University Park, PA (PRWEB) July 15, 2013
What do new developments in renewable energy, homeland security and biomedical devices have in common? They all require mechanical engineering to be successful. As the U.S. economy continues to improve, demand for mechanical engineers is up 9 percent, according to the U.S. Bureau of Labor Statistics. Advancing in this career, which involves designing, developing, building and testing mechanical devices, will be more convenient with Penn State’s master of science in mechanical engineering (MSME), which will be delivered online starting this fall.
“Mechanical engineering is one of the broadest of the engineering disciplines and gives people a lot of flexibility to work in design, research and technical sales, or in their own businesses,” said Daniel Haworth, professor of mechanical engineering and professor-in-charge of Mechanical and Nuclear Engineering Graduate Programs. "Penn State’s MSME has a prescribed set of general requirements, but students can tailor the degree to their specific engineering interests."
Penn State has offered mechanical arts education since its formation. By 1887, the College of Engineering had a bachelor’s degree in mechanical engineering. In the 1930s, a master’s degree in mechanical engineering was created. This degree now ranks among the top U.S. programs. More recently, the college’s Industrial Advisory Board recommended offering this degree online to meet employee education needs, said Karen A. Thole, professor and head of the Department of Mechanical and Nuclear Engineering.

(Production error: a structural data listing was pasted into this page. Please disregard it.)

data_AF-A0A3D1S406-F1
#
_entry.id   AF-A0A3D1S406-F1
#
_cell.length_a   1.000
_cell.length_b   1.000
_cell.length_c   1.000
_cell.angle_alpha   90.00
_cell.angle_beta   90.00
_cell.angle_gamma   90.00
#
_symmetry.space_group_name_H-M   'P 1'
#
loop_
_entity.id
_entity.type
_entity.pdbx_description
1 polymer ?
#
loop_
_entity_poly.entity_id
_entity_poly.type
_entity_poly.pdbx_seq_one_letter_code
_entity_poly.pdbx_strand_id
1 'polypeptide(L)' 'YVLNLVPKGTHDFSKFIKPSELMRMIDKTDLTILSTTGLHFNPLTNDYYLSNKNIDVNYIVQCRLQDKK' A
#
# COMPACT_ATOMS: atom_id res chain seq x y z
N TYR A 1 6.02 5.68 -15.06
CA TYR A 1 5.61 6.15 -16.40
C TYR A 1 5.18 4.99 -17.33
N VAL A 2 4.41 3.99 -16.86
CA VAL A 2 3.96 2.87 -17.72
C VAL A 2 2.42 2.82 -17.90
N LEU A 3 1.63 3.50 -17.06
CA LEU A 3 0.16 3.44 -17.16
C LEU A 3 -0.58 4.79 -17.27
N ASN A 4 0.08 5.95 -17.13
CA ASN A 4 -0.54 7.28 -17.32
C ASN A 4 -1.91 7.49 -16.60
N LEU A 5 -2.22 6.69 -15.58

"Many of our Penn State mechanical engineering graduates also are interested in an advanced degree, but they want to continue their education while working," added Thole. "By offering this degree online, more Penn State alumni and other engineers will be able to access our
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